by Melodie Rae Storey
Chocolate and peanut butter. Pen and paper. Elizabeth Bennet and Mr. Darcy. Sometimes two incongruent things naturally get together and you can’t even imagine them apart. Such is the case with libraries and climate change. They might seem to be two different things, but for years, libraries have been building to this moment where we can be a platform to help our communities respond to a changing climate.
Nov. 4-10 was Climate Action Week, an initiative of the BC Library Association, where libraries all over the province participated to raise awareness of climate change and share with patrons how libraries have a role to play in finding solutions. Libraries can connect people around the topic of climate change. They are also great places to access climate-related information and resources.
At the Nelson Public Library, we kicked off Climate Action Week with a special Saturday storytime exploring environmental themes, like how little actions can make a big difference. Precious crafts were made afterwards using recycled materials. For the teens, the library hosted a clothing swap to offer alternatives to the fast fashion industry. Much delight was had as the teens walked out of the library with new pieces for their wardrobes.
For the adults, the West Kootenay Climate Hub presented an interactive workshop using the cutting-edge simulation model En-ROADS to explore solutions to the climate crisis. It was fascinating to see how adjusting factoring in different sectors can alter the global temperature. By the end of the hour, we had lowered the temperature down to the goals of the Paris Agreement and the experience felt empowering and hopeful.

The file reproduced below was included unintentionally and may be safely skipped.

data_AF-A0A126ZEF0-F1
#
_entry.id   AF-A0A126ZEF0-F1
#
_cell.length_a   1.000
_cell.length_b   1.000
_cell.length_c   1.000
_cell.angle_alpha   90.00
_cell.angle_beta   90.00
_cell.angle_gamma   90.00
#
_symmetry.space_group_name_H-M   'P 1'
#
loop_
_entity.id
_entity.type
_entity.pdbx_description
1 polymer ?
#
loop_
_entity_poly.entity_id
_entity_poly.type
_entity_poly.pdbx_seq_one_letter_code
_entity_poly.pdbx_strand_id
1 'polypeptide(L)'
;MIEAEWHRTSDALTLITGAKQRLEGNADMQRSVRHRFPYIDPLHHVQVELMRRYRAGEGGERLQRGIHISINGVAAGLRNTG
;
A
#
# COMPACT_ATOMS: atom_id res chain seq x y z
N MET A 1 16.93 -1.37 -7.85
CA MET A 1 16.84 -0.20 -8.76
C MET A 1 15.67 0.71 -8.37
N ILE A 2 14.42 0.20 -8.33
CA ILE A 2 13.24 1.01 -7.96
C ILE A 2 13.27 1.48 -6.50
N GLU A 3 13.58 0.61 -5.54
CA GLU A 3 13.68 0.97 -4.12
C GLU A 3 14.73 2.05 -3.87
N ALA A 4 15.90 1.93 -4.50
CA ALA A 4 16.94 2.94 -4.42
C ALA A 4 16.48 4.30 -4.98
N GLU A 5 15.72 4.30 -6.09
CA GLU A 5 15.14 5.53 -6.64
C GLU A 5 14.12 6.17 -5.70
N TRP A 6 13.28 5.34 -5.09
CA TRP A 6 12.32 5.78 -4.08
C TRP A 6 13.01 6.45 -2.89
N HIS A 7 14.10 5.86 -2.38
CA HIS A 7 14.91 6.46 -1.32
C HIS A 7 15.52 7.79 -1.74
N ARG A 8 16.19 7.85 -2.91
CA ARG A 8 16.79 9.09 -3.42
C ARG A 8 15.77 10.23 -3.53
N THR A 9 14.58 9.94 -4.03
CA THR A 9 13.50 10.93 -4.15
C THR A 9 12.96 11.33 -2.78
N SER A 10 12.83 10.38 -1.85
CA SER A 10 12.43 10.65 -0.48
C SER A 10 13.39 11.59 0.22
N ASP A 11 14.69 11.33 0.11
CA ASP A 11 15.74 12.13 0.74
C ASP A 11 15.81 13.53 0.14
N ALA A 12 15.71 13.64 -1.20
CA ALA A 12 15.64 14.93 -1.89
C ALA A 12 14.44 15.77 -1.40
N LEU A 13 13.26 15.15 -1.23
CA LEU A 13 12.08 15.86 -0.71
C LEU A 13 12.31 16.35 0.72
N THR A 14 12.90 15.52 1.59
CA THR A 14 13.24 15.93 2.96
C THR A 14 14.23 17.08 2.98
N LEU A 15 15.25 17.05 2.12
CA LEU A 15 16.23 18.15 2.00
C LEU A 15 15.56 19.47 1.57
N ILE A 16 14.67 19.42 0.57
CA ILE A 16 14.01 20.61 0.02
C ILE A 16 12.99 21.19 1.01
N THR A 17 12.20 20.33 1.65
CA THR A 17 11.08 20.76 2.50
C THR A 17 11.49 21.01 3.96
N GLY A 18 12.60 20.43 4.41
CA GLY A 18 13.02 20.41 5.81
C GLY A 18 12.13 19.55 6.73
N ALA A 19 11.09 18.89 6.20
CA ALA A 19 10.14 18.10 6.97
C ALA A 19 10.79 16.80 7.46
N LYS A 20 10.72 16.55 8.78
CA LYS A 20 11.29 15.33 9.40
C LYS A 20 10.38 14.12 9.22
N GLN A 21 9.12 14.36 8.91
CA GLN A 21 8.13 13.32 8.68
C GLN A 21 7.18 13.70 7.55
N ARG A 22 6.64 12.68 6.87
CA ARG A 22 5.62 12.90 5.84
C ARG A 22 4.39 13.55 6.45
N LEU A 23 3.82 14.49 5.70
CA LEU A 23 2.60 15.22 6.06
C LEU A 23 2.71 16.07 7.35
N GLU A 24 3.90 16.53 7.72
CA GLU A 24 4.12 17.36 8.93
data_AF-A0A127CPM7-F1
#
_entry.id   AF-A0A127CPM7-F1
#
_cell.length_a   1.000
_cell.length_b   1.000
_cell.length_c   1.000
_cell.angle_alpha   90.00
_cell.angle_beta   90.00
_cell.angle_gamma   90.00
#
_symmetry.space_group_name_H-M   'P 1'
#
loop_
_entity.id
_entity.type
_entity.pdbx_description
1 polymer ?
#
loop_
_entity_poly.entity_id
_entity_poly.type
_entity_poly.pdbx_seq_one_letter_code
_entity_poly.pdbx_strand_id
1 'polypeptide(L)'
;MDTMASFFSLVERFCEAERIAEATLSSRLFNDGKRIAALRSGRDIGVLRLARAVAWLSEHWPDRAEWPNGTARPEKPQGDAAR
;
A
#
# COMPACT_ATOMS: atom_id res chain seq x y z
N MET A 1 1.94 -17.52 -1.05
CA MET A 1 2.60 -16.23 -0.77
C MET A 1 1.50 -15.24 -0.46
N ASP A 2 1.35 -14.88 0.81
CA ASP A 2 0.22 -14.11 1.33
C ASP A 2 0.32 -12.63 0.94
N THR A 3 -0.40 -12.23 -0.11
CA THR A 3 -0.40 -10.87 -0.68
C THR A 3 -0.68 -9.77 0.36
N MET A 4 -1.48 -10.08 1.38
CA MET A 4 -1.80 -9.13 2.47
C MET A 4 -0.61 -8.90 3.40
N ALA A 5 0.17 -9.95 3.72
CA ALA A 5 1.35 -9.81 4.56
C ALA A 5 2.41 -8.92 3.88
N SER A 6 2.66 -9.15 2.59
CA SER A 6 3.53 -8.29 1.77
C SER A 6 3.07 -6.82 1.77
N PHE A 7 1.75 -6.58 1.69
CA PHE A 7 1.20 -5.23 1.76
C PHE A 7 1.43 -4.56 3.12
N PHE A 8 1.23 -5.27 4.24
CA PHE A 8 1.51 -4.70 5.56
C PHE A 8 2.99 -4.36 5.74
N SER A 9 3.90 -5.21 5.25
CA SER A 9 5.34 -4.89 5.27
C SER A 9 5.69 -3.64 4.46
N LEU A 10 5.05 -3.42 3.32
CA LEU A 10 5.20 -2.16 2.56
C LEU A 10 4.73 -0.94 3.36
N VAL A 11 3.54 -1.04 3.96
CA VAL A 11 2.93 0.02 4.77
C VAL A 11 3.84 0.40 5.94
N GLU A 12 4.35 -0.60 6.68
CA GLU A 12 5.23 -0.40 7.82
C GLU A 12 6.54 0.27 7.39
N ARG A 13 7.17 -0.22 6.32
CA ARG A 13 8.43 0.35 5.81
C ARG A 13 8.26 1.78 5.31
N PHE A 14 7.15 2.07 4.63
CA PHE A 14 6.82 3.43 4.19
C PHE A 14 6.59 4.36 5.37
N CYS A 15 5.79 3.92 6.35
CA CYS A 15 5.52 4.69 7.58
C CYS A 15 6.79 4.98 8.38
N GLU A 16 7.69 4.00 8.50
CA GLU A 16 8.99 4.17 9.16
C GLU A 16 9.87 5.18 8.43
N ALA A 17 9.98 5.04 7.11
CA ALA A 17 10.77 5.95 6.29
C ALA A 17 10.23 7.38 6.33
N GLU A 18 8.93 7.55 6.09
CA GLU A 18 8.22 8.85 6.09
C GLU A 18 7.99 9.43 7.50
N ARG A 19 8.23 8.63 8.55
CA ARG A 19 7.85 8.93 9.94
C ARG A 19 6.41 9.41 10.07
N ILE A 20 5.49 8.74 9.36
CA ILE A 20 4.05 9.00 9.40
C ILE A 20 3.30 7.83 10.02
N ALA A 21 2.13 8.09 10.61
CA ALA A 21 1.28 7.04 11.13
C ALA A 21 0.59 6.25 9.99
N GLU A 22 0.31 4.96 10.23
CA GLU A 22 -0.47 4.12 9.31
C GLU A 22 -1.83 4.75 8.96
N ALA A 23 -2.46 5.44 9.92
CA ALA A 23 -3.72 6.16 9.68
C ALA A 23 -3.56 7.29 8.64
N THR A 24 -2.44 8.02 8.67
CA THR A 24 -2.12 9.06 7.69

As a participant, my take-away from this event is that there is no silver bullet to save the day, but even little gains in each sector make a huge difference because our climate, energy and land systems are inter-connected. Indeed, Climate Hub facilitator Laura Sacks taught us the term “multisolving,” which is a framework of working together across sectors to address multiple problems with one specific intervention. It was an imaginative exploration of possibilities that left me feeling hopeful. Laura’s co-facilitator, Anni Holtby, skillfully invited us to bring the heart and head together, as we reflect on where our own personal responsibility lies.
Later in Climate Action Week, B.C. public libraries came together to develop a virtual author series around conversations on climate, including author John Vaillant whose book Fire Weather has become the de-facto guide on the new dangers posed by wild fires supercharged by a warming planet.
The next in the series invites reporter Brandi Morin to discuss how Indigenous communities are on the frontlines of the most devastating climate catastrophes across the world, but they are also leading the most powerful movements to stop the expansion of the fossil fuel industry, major culprits of these climate disasters. Morin will share her experiences on what it’s like to report from protest movements, and how Indigenous activism is pushing towards a brighter climate future.
If you are interested in learning more about climate change action, we have a wealth of resources for you to dive into. Check out our Climate Change Action page on our website for book lists for every age group, municipal and national resources, and relevant reports and toolsbsuch as the En-ROADS simulator mentioned earlier. As well, take a look at our Strategic Framework 2023-2027 in which the library shares details on our commitment to sustainability as one of our five core values.
What do libraries and the climate action have to do with each other? A fair bit, as it turns out.
Melodie Rae Storey is the adult services coordinator at the Nelson Public Library. Check This Out runs monthly.